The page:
Lobby Day 2017
On February 28, CURE members traveled to the capitol in Jefferson City to lobby our legislators. A van from St. Louis held eight of us: Deborah Burch, Angela Bell, Denorce Starks, Billy J. Ford, Michelle Smith, Florence Kilbert, Kim Guest and Hedy Harden. Those from Kansas City included Joe Graves, Maureen Flynn, Jeff Humfeld, Tadar Wazir and Keith Brown El. After gathering in the capitol rotunda, teams dispersed to visit individual representatives and senators.
Joe Graves handed our copies of a brochure written by his son, Joseph Williams, entitled “Ten Ways to Break the School to Prison Pipeline.” Keith handed out a brochure that included CURE’s letter to Anne Precythe and Keith’s treatise on current legislation.
My handout explained where relevant bills are and what needed to be done to help move them along. Three of the bills we support are in the Judiciary Committee. We spoke to Rep. Don McGaugh, chair of that committee, asking him to schedule the following bills for hearings: HB 38, HB 474, and HB 490. HB 38 removes mandatory minimums and makes sentence terms discretionary except for murder and certain sex offenses. HB 474 proposes to raise the daily amount of compensation a wrongfully imprisoned person may receive from $50 to $128. HB 490 changes the laws regarding arrearages and the expungement related to criminal nonsupport. Arrearage of 12 months currently creates a felony; would change it to 24.
Rep. McGaugh told us he expects them to have hearings within the next 2 weeks. We visited the office of House Speaker Todd Richardson with our request that HB 407, HB 477, HB 507 and HB 639 be referred to committees. Although we weren’t able to meet with Richardson himself, we left material and messages with his legislative assistant.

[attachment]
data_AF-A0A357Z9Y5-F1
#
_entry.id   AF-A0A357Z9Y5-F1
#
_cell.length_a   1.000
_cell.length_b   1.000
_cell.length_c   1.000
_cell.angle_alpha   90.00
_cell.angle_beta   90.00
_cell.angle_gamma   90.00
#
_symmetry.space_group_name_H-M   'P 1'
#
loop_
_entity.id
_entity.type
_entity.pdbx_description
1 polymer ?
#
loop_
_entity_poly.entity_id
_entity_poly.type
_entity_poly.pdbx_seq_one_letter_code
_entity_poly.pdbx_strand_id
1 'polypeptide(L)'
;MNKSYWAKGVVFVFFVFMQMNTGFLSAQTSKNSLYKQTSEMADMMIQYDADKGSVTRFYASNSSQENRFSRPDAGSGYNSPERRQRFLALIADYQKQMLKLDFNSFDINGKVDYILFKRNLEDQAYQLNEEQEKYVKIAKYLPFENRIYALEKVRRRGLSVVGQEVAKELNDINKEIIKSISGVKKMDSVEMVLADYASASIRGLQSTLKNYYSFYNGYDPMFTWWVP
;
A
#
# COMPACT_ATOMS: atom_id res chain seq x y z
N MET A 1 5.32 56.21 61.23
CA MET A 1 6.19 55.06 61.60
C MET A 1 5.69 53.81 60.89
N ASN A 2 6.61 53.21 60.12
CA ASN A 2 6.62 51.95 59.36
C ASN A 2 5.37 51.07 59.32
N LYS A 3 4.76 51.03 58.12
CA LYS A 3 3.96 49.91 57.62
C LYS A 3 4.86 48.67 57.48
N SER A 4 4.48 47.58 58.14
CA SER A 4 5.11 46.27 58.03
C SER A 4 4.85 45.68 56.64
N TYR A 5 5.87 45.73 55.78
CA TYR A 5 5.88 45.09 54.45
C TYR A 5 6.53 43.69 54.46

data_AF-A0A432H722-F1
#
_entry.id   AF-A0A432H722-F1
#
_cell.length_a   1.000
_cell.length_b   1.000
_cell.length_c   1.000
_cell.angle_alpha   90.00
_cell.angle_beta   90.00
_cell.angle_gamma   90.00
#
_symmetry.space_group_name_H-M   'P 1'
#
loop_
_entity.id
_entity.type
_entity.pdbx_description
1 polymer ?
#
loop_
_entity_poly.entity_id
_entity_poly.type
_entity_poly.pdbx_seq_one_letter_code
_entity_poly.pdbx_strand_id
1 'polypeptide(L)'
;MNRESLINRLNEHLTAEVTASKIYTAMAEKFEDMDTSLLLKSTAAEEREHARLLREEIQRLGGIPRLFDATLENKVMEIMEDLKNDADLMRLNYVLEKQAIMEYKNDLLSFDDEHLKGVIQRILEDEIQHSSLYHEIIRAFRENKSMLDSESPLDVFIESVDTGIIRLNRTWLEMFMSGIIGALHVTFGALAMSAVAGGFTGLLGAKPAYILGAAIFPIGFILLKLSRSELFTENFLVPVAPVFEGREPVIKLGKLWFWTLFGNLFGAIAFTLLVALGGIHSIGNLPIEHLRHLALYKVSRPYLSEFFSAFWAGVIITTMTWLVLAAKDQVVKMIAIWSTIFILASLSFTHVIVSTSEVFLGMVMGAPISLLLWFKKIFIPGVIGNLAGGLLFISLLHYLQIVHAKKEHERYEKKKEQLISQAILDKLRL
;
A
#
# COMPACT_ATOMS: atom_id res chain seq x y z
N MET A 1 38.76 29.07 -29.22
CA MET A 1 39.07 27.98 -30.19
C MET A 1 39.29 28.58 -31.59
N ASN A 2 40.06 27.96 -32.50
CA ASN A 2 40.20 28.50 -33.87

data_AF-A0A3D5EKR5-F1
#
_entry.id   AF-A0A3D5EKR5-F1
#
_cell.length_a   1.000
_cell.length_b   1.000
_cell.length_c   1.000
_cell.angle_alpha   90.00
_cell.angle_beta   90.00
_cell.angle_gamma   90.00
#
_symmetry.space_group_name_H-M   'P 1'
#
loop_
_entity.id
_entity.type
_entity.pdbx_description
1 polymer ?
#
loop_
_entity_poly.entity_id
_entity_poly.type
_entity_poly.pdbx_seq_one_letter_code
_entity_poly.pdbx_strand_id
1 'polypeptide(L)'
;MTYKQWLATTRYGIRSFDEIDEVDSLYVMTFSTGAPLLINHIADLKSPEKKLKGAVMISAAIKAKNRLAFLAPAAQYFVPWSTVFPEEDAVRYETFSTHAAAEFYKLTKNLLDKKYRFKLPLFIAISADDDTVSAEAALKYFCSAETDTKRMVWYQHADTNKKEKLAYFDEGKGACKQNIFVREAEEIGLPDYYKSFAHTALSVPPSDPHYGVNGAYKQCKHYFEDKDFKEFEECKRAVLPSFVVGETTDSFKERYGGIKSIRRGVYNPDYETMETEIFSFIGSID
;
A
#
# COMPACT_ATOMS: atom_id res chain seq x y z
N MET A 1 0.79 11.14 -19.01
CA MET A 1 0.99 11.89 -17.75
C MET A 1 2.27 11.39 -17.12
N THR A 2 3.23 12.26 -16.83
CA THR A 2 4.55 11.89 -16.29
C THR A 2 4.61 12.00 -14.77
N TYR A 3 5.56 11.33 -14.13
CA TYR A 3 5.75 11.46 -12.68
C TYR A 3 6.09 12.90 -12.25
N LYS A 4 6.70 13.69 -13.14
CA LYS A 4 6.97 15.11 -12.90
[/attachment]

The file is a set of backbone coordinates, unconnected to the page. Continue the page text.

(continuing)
A highlight of the day was our meetings with Rep. Brandon Ellington of Kansas City and Rep. Bruce Franks of St. Louis. Rep. Ellington has sponsored several of our bills. Rep. Franks is on the Corrections Committee as well as a member of the task force charged with investigating the DOC. Some of our members spoke with him about incarcerated family members. The ACLU Lobby Day was held the same day, and buses from St. Louis and Kansas City brought citizens to the capitol. They expected a turnout of 400 people.
A committee hearing was held that afternoon on several bills, including two that we support: HB274 would require children under 18 to be prosecuted in juvenile court unless certified as adult. Also heard was HB351, which addresses detention and shackling of juveniles and shackling of pregnant women.
I believe this was a productive day’s work. For some of us, it was the first time visiting the Capitol. Others of us have varying degrees of experience. Each time we lobby, we learn more about the process and what it takes to make a difference. Hedy Harden, Chair, Missouri CURE